Thursday, July 28, 2005

Open Source Amendment Project

To:
The President of the United States.
The Vice President of The United States
The Members of the United States Senate
The Members of the United States House of Representatives
The Members of the United States Supreme Court

In the Declaration of Independence the founders of this great nation wrote, “That whenever any Form of Government becomes destructive of these ends, it is the Right of the People to alter or to abolish it, and to institute new Government, laying its foundation on such principles and organizing its powers in such form, as to them shall seem most likely to effect their Safety and Happiness.” They also built into the structure of our government a process by which we the people can seek to change the nature and function of our government without abolishing it and beginning again.

We the undersigned agree with our founders that governments derive their just powers from the consent of the governed and feel that our government has exceeded the bounds of that consent. We believe that the recent decision of the Supreme Court regarding the exercise of eminent domain was reached with complete disregard for the plain language of the Fifth Amendment to the Constitution.

We the people therefore ask that the Constitution of the United States be amended to include the following language:

The right to ownership of property being the cornerstone of liberty, no government, or agency thereof, within these United States shall have the authority to take property from any person, corporation, or organization through exercise of eminent domain for other than a public use without just compensation.

Public use shall be understood to be property the government owns or retains the paramount interest in, and the public has a legal right to use. Public use shall be understood to include property the government owns and maintains as a secure facility. Public use shall not be construed to include economic development or increased tax revenue. Public use of such property shall be maintained for a period of not less than 25 years.

Just compensation shall be the higher of twice the average of the price paid for similar property in the preceding six months, or twice the average of the previous 10 recorded similar property transactions. Compensation paid shall be exempt from taxation in any form by any government within these United States.

Respectfully submitted,

[you]

Sign the Open Source Amendment Project petition here.

9 comments:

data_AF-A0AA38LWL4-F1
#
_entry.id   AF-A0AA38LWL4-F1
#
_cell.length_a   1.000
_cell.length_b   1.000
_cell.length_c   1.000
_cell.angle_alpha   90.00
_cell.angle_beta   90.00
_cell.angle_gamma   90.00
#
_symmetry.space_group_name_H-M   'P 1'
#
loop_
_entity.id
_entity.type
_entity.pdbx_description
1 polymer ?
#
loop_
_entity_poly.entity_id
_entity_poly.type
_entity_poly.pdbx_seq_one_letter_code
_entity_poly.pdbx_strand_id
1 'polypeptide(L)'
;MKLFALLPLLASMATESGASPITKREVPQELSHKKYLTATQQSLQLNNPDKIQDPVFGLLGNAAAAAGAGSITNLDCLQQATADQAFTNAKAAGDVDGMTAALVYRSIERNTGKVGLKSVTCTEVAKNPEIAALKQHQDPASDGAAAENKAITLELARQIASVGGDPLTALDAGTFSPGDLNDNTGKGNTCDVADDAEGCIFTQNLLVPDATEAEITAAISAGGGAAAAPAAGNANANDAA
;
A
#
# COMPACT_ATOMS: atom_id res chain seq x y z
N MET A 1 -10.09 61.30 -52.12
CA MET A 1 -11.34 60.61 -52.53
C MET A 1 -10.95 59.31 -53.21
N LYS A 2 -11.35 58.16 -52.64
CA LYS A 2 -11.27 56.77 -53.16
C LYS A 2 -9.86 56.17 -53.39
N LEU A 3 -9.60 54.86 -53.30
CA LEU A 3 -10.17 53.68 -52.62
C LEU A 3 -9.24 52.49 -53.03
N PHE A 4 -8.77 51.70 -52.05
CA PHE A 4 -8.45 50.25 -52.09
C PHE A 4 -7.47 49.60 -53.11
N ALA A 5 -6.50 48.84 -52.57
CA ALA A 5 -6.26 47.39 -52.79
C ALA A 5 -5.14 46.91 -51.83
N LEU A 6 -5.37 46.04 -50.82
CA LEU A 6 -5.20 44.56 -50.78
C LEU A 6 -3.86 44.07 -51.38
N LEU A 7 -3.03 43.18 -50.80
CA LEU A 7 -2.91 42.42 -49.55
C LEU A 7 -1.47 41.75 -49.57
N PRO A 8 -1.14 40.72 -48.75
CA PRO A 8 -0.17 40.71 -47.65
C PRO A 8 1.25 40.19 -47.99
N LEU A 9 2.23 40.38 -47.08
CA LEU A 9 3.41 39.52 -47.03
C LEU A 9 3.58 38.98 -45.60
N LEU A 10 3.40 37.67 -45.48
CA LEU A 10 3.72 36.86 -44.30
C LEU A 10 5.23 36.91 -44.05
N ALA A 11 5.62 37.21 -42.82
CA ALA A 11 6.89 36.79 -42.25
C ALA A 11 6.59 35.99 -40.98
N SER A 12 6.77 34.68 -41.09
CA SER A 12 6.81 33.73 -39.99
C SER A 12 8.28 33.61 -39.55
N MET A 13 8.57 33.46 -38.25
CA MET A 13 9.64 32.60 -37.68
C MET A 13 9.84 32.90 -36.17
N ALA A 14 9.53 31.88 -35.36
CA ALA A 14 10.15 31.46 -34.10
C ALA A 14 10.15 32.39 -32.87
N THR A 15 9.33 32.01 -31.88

mojoala said...

done, signature number 104

mojoala said...

gee, nobody else since yesterday?

MPH said...

Guess not....I think this will gain momentum though...

Stephen Macklin said...

Thanks for the support and help in spreading the word.

Peakah said...

#118, good work, I'll link it to my site if ok...

Josh

Gary Aminoff said...

I signed the petition, and posted it on my blog (giving you a hat-tip.

Gary Aminoff
Bear to the Right
http://beartotheright.blogspot.com

Joe Matthews said...

I like the concept, but opening a Constitutional Convention today would very effectively destroy the whole shebang.

I want gridlock until Jesus comes to take away all the nuts.

Umer A. Chaudhry said...

" The right to ownership of property being the cornerstone of liberty, no government, or agency thereof, within these United States shall have the authority to take property from any person, corporation, or organization through exercise of eminent domain for other than a public use without just compensation. "

This private property has been acquired through unjust means at the very first place. The "civilised people", aka Europeans, had the unlimited right to acquire property throug mere discovery.

Bill Crittenden said...

#148, despite my misgivings (excerpt from a blog entry):

The writers of this should, however, reconsider how they arrive at the values for the property. While it is objective, it may be inaccurate. My wife is a Realtor, and I've heard of properties where there are few or no similar sales to compare with. Also, time should be taken into account. As with the recent housing value increases, you probably wouldn't want your house based on the last ten similar sales if finding those similar sales meant going back to 1997.